NOTICE: This is an OSHA Archive Document, and no longer represents OSHA Policy. It is presented here as historical content, for research and review purposes only.


Hazard Communications and the Right to Know


Action: OSHA will immediately request that the National Advisory Committee on Occupational Safety and Health establish a working group on Hazard Communication and the right to know.

Description: OSHA's Hazard Communication Standard, promulgated in 1983 and revised in 1994, was developed to ensure that workers who are potentially exposed to toxic substances are provided useful information about the dangers of these substances and about protective measures needed to work with them safely. The Standard, as intended, has resulted in a large increase in awareness among employers and employees about workplace hazard recognition and control. It has stimulated training programs, labeling efforts, engineering controls of chemical exposures and appropriate use of personal protective equipment. However, the Standard has also received substantial criticism, including that Material Safety Data Sheets are too long, too technical and too confusing; that enforcement of the Standard has focused too heavily on paperwork and minor violations, particularly with regard to relatively low hazard materials such as common consumer products; that the standard requires too much paperwork; and that there has been too little compliance assistance and technical support to employers for this type of performance based standard.

Although some of these criticisms of the rule are exaggerated, OSHA will request the National Advisory Committee on Safety and Health to convene a working group to identify ways to improve hazard communication in the workplace. OSHA will ask to the committee to provide OSHA with recommendations in six months to simplify material safety data sheets, reduce the amount of required paperwork, improve the effectiveness of worker training, and revise enforcement policies to focus on the most serious hazards. In particular, the working group will be asked to consider the possibility of amending the present rule to allow employers to meet their obligation under the standard to provide employees with material safety data sheets if they can obtain and provide these sheets within twenty four hours or immediately in an emergency. This would relieve employers of the burden of keeping voluminous books of data sheets on hand at all times.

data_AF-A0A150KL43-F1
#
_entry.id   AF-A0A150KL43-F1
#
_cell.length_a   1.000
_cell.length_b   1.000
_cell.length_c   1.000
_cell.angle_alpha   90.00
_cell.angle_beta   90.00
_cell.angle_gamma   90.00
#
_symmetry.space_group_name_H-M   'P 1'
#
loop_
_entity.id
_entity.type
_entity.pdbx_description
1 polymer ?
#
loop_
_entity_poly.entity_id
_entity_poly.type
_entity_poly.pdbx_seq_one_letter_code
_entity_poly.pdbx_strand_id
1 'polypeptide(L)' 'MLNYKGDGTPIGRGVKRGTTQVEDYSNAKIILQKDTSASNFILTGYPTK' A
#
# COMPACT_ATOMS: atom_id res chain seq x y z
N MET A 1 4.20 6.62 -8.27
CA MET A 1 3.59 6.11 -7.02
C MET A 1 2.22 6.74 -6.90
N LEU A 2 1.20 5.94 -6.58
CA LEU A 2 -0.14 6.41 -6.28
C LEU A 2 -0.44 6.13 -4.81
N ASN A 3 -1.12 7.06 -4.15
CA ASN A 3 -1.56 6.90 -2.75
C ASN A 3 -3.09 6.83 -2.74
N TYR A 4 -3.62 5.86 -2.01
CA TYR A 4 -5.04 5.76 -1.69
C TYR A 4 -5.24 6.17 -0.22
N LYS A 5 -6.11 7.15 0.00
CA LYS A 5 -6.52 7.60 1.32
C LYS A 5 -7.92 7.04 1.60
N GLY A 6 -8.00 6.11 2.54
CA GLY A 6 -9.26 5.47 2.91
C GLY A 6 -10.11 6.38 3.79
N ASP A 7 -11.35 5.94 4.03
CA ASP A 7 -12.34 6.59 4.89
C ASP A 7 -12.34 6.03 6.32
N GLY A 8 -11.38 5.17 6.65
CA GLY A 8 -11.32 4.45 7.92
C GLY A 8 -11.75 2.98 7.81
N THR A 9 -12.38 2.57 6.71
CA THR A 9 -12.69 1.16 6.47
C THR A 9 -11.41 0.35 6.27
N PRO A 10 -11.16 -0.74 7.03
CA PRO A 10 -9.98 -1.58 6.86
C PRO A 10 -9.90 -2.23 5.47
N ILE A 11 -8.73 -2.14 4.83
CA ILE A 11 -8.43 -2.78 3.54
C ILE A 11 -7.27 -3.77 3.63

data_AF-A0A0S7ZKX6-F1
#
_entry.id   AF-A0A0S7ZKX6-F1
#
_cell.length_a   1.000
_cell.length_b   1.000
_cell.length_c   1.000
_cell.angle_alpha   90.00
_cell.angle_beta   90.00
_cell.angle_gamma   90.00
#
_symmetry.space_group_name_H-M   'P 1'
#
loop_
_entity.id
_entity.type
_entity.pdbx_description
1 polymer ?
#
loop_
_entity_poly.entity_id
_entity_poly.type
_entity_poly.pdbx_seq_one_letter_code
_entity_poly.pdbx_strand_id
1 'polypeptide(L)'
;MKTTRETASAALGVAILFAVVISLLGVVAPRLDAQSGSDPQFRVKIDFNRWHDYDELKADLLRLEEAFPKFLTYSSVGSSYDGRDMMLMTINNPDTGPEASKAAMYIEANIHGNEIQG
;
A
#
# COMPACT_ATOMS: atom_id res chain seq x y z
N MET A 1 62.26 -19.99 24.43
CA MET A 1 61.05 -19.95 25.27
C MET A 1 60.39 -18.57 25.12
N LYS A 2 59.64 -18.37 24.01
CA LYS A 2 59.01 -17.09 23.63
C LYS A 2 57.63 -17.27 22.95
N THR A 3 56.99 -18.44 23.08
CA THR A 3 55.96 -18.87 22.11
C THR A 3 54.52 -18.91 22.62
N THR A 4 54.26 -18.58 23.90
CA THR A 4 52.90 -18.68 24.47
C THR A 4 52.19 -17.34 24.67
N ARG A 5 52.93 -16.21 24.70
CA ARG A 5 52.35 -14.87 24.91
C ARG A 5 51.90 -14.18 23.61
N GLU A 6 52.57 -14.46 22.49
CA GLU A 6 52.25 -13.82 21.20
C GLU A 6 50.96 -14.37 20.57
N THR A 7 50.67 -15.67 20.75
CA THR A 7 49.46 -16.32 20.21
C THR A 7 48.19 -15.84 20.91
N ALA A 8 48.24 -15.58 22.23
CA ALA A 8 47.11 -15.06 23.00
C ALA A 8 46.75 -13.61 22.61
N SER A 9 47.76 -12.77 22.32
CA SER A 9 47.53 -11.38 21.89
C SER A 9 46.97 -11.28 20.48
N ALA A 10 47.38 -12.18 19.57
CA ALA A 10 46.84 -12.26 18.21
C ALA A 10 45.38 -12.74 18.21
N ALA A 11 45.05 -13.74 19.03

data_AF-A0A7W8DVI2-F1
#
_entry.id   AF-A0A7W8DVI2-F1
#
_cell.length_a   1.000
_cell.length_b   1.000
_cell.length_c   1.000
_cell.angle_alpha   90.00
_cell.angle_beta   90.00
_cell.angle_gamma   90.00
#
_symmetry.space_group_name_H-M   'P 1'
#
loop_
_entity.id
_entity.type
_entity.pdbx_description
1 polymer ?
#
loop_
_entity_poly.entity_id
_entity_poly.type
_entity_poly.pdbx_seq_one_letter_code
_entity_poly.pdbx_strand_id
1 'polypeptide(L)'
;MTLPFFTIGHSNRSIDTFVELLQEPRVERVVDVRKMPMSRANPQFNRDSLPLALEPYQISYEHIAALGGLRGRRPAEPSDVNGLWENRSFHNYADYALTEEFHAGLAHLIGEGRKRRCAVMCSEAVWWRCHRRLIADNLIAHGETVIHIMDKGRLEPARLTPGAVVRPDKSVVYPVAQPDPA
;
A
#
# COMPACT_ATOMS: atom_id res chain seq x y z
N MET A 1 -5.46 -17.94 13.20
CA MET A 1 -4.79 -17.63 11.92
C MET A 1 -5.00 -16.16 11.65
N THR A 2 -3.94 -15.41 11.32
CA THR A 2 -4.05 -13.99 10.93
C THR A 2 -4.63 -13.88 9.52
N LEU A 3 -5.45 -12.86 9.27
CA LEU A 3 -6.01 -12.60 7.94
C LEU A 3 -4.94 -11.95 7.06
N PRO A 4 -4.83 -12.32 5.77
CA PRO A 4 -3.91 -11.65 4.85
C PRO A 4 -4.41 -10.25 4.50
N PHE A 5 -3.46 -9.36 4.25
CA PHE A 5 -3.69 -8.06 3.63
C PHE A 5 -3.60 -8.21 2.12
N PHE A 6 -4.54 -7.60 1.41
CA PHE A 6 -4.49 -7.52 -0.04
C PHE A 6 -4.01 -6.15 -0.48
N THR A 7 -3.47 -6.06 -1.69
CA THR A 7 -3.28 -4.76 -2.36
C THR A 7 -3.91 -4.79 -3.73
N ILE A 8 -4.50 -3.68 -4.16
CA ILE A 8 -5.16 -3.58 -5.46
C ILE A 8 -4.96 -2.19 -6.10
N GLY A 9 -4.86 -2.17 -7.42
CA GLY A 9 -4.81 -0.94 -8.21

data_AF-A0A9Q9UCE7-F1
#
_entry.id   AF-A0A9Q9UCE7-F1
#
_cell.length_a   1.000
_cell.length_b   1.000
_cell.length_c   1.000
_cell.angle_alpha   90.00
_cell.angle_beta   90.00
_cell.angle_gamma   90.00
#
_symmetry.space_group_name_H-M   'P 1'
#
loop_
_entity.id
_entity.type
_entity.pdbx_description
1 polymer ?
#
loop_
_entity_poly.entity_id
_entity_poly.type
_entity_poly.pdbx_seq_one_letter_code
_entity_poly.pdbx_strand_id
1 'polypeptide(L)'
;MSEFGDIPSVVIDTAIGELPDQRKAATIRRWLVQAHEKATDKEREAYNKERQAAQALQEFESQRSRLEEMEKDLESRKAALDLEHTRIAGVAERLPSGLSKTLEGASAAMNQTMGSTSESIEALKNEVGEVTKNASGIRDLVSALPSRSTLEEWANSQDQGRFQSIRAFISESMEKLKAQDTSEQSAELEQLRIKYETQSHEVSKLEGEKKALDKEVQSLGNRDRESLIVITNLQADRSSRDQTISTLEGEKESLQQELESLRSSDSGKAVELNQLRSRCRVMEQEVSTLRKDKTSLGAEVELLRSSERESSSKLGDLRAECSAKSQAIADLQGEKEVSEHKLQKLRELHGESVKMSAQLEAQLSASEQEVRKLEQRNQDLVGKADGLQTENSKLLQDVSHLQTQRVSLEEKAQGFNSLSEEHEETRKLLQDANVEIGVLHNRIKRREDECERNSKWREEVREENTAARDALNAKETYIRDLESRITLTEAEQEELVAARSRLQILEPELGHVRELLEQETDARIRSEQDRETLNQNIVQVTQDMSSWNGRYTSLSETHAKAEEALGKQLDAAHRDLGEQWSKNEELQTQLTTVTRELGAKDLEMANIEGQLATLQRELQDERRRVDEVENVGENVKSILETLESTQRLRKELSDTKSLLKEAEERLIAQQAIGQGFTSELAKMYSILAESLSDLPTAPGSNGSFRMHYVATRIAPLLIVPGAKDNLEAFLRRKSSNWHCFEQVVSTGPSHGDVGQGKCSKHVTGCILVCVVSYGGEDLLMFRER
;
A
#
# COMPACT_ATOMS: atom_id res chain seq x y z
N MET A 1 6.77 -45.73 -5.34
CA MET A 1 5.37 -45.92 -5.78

Implementation Plan: OSHA will immediately request NACOSH to establish a working group on hazard communication and the right to know.

NOTICE: This is an OSHA Archive Document, and no longer represents OSHA Policy. It is presented here as historical content, for research and review purposes only.